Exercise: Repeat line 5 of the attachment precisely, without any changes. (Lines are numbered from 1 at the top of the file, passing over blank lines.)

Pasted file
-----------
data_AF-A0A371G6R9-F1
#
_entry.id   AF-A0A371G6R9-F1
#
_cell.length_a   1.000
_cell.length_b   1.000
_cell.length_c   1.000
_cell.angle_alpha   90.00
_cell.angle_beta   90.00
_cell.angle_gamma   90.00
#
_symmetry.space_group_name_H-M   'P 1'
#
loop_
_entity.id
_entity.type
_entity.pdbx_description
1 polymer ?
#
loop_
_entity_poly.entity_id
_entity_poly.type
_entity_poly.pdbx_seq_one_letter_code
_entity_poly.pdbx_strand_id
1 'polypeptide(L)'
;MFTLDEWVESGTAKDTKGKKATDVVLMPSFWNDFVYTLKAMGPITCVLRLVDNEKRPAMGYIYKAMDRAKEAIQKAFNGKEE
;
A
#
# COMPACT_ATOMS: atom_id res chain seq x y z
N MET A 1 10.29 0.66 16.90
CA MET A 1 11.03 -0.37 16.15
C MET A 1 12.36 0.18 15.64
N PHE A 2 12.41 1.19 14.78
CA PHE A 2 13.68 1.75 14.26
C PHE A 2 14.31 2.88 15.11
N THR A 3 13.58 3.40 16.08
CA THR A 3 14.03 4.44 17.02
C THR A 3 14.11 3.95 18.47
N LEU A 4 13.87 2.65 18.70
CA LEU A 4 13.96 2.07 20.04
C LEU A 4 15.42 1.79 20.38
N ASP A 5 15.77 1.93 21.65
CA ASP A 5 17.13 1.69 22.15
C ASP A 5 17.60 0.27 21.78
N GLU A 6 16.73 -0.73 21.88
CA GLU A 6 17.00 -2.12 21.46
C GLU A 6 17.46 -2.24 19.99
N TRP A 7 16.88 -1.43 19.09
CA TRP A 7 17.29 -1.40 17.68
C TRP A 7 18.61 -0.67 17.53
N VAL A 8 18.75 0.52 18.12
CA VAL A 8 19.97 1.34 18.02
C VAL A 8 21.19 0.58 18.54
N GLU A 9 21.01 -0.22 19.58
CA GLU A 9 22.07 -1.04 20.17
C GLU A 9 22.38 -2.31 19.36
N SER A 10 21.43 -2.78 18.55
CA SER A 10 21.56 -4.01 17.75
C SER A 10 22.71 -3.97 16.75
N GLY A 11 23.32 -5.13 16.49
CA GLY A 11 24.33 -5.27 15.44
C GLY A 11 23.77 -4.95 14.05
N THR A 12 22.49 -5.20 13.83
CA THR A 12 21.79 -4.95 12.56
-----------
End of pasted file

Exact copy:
_cell.length_a   1.000